...means that you are assuming I am discussing what K measures in their own frame vs what K' measures in their own frame. This was not at all what I was discussing.

...means that you are assuming I am discussing what K measures in their own frame vs what K' measures in their own frame. This was not at all what I was discussing."

For all the primed variables, the clarification is as follows. IAW Einstein's book "Relativity: The Special and General Theory", the primed variable is with respect to the co-ordinate system K' and the unprimed variable is with respect to the co-ordinate system K.

Of course they will not measure anything different, that is merely a result of the first postulate.

Quote from: HeyBertIt appears from your remark that (T' = T) ...QuoteTo whom are you speaking to? I don't see Colin making any such comment.I was referring to his comment about "Really? Do you believe that? 1=(1+v/c)γ, where γ = (1-v^2/c^2)^-1/2"Can you see it?

To whom are you speaking to? I don't see Colin making any such comment.

It appears from your remark that (T' = T) means .........

It appears from your remark that (T' = T) means that you are assuming I am discussing what K measures in their own frame vs what K' measures in their own frame.

When you apply transforms to K' I have to assume you are working from the viewpoint of an observer in K, with a clock in K, observing events in K'.

It is obvious that my original presentations suffer many flaws due to the wording and the related mathematical results as a result of this wording.

...... What if I strip out all the extraneous referencing to observers, rest frames, etc.?

PART 1 (One-Way Events)WRT Einstein’s book (Relativity: The Special and General Theory), Part 1, Chapter 11 gives the Lorentz transformation (LT) as;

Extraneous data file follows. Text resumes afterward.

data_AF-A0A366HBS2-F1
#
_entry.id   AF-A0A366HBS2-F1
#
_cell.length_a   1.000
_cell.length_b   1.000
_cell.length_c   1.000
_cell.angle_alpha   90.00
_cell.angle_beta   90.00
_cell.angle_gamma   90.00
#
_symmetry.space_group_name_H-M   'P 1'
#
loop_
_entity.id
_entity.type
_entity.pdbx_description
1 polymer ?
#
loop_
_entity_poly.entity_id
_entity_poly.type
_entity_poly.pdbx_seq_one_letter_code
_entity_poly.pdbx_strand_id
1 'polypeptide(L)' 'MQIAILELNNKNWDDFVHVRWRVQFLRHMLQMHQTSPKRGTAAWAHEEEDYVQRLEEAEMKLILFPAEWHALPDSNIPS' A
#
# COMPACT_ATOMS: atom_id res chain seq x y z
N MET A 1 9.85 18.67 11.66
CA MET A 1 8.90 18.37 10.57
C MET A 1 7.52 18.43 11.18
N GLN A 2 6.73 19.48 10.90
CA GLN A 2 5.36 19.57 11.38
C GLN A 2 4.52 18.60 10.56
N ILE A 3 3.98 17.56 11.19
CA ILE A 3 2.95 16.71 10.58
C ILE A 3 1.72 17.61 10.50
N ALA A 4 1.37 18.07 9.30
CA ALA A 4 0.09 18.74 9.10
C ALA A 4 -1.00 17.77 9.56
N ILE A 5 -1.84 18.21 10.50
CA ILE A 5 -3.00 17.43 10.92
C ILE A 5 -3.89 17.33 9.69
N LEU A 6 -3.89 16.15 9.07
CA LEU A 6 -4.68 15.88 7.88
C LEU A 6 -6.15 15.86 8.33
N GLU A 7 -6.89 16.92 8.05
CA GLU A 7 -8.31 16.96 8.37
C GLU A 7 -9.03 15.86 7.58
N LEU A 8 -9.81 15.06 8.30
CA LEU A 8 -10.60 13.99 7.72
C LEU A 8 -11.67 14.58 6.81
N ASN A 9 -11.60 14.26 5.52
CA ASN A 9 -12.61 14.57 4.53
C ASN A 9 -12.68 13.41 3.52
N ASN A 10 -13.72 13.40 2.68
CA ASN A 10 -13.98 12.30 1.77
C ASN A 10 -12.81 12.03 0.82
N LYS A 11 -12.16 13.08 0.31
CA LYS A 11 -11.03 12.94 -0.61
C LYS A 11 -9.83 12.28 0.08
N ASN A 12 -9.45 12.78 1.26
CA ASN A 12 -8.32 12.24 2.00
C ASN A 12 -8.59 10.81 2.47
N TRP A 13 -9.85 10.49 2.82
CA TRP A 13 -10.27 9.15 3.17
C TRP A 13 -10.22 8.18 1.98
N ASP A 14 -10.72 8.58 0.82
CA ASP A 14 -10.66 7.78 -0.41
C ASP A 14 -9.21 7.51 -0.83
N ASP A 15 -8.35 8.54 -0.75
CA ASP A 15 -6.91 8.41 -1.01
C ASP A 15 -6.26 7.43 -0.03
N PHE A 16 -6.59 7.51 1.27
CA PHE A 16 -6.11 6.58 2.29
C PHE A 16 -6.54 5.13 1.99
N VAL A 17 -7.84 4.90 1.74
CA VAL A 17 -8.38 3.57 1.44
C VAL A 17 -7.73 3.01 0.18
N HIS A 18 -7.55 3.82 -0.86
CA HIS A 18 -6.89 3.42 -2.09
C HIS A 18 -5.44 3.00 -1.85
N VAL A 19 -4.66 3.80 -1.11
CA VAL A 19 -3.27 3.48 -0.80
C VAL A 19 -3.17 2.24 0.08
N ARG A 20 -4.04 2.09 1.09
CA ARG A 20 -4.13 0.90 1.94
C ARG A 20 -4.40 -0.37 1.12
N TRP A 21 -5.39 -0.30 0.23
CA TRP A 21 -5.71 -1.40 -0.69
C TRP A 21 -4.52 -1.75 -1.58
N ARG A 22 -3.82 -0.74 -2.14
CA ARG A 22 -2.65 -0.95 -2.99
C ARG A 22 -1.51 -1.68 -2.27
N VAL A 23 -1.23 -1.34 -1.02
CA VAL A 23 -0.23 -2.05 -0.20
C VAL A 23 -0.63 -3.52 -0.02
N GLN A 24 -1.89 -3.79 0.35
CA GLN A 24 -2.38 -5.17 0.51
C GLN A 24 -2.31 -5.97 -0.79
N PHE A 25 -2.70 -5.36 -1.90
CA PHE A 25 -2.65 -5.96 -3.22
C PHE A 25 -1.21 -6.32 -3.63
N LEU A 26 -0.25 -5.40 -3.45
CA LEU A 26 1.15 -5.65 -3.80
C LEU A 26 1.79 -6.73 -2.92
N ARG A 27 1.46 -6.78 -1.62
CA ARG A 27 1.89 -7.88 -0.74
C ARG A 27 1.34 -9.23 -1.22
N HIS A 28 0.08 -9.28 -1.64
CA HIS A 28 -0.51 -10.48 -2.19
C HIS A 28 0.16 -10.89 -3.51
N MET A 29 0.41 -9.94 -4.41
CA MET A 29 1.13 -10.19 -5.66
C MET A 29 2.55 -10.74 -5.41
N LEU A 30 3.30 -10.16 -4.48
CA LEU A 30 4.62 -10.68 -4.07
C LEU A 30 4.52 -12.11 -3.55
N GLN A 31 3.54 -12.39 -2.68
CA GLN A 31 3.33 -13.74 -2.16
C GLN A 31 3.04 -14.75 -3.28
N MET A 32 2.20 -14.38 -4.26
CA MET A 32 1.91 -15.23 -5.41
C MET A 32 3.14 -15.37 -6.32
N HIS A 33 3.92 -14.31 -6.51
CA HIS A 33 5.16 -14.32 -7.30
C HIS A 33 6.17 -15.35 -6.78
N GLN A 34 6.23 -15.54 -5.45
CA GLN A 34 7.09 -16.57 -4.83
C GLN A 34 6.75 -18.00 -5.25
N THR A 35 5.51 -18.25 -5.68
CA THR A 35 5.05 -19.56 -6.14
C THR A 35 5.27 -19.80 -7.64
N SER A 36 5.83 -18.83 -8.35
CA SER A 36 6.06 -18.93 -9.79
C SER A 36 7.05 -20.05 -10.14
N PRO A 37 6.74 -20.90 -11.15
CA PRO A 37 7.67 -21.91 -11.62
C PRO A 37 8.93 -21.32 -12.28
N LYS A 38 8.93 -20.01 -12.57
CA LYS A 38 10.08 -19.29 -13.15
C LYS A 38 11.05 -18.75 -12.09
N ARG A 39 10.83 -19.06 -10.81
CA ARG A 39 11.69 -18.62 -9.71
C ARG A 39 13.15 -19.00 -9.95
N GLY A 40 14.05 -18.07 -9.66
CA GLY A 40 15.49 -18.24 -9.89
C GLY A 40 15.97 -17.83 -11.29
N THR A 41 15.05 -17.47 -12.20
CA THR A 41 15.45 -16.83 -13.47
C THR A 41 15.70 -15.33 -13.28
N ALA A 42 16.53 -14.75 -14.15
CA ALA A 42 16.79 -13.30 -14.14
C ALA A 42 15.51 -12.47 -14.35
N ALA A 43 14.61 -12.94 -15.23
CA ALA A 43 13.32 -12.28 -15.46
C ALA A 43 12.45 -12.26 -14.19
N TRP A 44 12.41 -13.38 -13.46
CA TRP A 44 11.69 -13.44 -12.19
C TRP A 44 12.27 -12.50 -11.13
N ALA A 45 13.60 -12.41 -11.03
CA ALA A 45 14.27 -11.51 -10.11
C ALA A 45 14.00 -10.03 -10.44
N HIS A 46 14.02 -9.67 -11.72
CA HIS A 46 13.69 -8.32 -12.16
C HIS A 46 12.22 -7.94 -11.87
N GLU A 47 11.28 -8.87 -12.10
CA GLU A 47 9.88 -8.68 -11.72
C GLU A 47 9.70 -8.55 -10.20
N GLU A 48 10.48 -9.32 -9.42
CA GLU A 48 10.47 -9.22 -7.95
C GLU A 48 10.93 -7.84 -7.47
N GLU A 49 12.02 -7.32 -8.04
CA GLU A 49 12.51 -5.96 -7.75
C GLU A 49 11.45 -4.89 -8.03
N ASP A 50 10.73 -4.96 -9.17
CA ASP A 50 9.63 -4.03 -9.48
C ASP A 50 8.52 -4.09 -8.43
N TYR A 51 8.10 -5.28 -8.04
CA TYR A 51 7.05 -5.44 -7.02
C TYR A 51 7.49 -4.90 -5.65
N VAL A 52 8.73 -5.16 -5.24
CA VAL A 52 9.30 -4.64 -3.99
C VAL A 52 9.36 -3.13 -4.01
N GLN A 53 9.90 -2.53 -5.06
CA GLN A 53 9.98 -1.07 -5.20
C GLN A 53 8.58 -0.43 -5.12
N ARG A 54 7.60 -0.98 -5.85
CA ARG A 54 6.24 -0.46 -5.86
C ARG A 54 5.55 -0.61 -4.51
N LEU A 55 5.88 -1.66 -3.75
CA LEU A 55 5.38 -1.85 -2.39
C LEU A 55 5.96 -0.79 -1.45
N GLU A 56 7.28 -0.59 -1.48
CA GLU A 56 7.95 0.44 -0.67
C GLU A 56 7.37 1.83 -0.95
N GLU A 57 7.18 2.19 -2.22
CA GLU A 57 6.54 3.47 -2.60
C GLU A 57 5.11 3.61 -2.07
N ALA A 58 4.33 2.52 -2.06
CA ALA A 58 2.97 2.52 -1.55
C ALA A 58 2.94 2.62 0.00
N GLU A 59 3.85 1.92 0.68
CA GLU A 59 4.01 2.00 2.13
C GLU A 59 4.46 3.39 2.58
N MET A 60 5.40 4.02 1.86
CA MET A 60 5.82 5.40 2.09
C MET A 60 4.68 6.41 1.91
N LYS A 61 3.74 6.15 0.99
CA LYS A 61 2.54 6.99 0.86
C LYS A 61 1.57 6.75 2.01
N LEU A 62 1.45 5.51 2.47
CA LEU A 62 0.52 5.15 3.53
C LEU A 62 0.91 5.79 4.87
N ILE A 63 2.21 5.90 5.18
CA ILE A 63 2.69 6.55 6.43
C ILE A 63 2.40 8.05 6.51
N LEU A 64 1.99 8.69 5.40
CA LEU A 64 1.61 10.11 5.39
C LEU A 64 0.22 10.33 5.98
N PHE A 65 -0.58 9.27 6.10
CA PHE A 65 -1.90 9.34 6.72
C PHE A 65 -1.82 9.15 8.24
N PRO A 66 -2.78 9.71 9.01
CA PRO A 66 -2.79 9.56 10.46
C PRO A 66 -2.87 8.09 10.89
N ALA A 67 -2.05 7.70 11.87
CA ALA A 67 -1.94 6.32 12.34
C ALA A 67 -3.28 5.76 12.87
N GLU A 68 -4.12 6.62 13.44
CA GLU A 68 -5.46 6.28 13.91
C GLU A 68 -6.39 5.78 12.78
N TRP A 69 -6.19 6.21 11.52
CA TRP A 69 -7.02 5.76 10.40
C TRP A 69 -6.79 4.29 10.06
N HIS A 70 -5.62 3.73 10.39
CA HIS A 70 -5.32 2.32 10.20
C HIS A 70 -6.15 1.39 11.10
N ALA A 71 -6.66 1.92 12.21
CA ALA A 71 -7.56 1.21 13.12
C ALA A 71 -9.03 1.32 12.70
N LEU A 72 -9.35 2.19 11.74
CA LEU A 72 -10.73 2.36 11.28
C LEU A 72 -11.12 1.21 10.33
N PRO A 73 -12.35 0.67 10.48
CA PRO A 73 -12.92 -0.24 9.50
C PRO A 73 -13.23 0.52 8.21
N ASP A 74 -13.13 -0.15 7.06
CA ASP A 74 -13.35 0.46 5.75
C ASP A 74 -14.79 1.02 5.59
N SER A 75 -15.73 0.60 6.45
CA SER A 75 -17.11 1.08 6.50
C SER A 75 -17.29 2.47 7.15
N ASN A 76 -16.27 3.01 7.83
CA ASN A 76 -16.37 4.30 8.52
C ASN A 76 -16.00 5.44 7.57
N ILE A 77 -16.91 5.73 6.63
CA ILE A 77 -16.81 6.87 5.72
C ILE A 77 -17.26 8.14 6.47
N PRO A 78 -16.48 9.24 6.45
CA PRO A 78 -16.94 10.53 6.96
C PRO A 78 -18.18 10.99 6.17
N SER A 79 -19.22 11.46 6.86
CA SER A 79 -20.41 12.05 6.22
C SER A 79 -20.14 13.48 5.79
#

It is obvious that my original presentations suffer many flaws due to the wording and the related mathematical results as a result of this wording. What if I strip out all the extraneous referencing to observers, rest frames, etc.?

PART 1 (One-Way Events)WRT Einstein’s book (Relativity: The Special and General Theory), Part 1, Chapter 11 gives the Lorentz transformation (LT) as;t’ = (t-vx/c^2)γ, where γ = (1-v^2/c^2)^-1/2Referencing Einstein’s book (Part 1, Chapter 11), we merely apply the transformation to two events (i.e. moving electrons) in K from (x = 0) to (x) in unequal times (τ) and (t).WRT K’: τ’ = (τ-vx/c^2)γ t’ = (t-vx/c^2)γEvaluating the ratio of these times at (v) gives the results WRT K’ as;* τ’/t’ = (τ-vx/c^2)/(t-vx/c^2)Evaluating this ratio at (v = 0) gives the results WRT K as; τ’/t’ = (τ-0*x/c^2)/(t-0*x/c^2)* τ’/t’ = τ/tPART 2 (Round-Trip Events)Referencing Einstein’s book (Part 1, Chapter 11), we merely apply the transformation to two events (i.e. moving electrons) in K from (x = 0) to (x) in unequal times (ϖ) and (T), then from (x) to (x = 0) in these same times (ϖ) and (T).WRT K’: 2ϖ’ = (ϖ-vx/c^2)γ + (ϖ+vx/c^2)γ 2ϖ’ = ϖγ-(vx/c^2)γ+ϖγ+(vx/c^2)γ* 2ϖ’ = 2ϖγ 2T’ = (T-vx/c^2)γ + (T+vx/c^2)γ 2T’ = Tγ-(vx/c^2)γ+Tγ+(vx/c^2)γ* 2T’ = 2TγEvaluating the ratio of these times at either (v or v = 0) gives the results WRT to K’ or K as;* ϖ’/T' = ϖ/T

And what law states I have to answer your questions anyways?

Quote from: HeyBertIt appears from your remark that (T' = T) ...To whom are you speaking to? I don't see Colin making any such comment.Quote from: HeyBert...means that you are assuming I am discussing what K measures in their own frame vs what K' measures in their own frame. This was not at all what I was discussing.That is exactly what it appears that you're discussing. If it isn't then your posts are extremely deceptive. When someone places a prime on a variable it means that the quantity that has the prime on it is measured in the primed frame and vice versa. I.e. A' is measured in frame K', B is measured in frame K, etc.

Working things out on another forum right now. Learned to frame the problem in a "relativity friendly" format from another user and have good positive communication going. Thanks for the offer though, and I'll let you know If I come back to this or identify where my logic went astray.

Yeah. I know. I saw that and I saw that you're making mistakes there too. I've already shown you how to do this right so what's your objection to it?